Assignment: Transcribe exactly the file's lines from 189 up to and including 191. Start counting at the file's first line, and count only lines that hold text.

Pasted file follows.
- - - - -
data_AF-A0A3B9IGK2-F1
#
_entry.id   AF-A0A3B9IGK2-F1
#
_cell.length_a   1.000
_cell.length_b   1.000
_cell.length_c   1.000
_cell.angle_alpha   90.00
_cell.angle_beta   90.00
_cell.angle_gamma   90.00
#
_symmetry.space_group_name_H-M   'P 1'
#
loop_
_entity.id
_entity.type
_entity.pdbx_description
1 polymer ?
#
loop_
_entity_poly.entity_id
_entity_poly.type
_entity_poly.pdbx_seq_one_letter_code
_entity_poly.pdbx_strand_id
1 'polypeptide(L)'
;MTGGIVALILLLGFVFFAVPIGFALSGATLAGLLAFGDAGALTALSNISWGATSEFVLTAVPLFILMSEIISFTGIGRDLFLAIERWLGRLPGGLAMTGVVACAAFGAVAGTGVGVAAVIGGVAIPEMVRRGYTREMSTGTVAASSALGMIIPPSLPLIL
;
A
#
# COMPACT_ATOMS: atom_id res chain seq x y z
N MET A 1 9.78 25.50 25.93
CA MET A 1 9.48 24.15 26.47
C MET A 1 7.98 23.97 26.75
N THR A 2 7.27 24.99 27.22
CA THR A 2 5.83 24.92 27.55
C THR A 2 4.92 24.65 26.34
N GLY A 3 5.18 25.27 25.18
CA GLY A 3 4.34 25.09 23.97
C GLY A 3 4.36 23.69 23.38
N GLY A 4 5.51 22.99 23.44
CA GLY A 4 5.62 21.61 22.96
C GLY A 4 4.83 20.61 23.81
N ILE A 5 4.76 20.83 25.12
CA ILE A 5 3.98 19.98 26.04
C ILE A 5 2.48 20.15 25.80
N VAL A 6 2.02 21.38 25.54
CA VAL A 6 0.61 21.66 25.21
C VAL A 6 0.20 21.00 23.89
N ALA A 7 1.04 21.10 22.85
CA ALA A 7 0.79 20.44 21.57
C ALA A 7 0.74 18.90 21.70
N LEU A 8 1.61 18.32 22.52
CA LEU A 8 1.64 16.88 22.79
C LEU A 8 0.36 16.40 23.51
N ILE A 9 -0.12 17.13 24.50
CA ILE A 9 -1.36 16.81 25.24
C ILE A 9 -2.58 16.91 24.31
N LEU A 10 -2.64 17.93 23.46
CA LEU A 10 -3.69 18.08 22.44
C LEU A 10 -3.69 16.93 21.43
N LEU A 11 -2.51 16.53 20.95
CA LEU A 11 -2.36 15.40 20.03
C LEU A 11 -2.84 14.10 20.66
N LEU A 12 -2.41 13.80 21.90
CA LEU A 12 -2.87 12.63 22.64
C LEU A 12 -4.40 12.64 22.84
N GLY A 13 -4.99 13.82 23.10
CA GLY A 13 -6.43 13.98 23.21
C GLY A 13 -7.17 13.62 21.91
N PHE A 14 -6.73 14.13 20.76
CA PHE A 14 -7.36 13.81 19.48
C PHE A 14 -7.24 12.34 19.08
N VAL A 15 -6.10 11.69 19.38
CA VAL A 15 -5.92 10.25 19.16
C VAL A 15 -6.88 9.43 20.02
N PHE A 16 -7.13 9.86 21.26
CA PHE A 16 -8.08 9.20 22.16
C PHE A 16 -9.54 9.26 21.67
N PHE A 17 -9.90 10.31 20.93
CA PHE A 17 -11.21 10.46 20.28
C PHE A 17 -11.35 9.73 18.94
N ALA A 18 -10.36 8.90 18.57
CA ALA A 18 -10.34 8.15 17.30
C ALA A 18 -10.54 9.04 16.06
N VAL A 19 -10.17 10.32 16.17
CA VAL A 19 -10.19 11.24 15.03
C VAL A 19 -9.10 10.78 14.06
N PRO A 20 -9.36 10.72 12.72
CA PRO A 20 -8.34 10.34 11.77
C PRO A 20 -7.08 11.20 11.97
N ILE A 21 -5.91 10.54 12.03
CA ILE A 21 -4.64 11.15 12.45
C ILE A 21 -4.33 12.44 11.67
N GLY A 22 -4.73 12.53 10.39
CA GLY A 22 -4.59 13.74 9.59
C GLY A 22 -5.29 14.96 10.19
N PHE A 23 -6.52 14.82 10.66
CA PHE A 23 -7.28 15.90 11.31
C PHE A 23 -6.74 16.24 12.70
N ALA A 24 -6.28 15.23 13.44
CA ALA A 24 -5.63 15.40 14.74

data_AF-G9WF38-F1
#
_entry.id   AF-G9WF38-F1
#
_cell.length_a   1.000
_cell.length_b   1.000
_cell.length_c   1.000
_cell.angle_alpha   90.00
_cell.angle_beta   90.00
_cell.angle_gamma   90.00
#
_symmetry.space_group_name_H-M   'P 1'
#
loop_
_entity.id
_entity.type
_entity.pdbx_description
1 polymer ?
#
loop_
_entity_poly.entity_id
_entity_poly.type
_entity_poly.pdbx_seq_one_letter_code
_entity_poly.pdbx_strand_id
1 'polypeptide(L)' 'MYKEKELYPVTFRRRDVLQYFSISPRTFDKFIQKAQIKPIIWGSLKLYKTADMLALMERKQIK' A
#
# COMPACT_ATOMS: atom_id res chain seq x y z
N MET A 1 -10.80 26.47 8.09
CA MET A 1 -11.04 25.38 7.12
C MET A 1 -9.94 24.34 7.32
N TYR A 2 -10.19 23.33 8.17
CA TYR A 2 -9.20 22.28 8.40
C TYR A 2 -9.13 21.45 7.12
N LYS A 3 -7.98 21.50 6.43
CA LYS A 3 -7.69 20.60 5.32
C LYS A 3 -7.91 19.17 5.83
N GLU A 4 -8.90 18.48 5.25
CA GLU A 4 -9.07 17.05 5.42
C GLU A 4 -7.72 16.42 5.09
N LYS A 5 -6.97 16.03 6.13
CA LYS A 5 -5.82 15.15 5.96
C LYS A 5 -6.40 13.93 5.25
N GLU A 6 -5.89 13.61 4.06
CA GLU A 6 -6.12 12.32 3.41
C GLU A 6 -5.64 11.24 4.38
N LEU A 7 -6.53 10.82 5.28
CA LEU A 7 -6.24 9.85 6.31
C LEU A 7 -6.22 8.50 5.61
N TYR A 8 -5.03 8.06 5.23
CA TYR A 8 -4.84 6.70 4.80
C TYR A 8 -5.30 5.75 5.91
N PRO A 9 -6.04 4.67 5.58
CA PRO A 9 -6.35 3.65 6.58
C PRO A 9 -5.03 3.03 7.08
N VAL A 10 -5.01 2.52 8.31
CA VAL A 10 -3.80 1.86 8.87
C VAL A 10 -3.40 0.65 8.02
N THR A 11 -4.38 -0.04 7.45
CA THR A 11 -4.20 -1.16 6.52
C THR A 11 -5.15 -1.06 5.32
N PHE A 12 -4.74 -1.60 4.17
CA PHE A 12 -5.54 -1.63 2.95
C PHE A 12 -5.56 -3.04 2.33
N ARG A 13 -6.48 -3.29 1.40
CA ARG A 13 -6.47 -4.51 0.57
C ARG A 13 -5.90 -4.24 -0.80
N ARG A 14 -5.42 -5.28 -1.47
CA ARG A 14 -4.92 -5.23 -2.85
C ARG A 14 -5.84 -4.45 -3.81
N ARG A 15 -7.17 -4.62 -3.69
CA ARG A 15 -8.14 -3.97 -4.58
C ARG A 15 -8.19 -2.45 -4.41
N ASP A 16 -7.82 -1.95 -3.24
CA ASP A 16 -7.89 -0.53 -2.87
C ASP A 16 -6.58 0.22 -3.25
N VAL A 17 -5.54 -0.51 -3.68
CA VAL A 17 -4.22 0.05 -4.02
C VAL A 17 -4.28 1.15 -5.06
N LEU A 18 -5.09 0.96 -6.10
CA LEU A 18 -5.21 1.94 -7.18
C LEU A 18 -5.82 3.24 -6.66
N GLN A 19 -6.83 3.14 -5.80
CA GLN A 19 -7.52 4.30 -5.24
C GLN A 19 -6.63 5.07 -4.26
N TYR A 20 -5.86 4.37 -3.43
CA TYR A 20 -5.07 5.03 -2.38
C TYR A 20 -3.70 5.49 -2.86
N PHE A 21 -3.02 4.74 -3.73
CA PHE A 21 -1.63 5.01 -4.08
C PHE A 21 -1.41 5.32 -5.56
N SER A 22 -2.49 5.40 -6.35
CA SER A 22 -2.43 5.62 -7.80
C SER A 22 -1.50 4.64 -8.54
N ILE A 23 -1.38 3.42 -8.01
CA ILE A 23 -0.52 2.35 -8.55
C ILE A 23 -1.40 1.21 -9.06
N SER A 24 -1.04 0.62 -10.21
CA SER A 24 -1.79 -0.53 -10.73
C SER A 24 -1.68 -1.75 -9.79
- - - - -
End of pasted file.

N PHE A 21 -3.02 4.74 -3.73
CA PHE A 21 -1.63 5.01 -4.08
C PHE A 21 -1.41 5.32 -5.56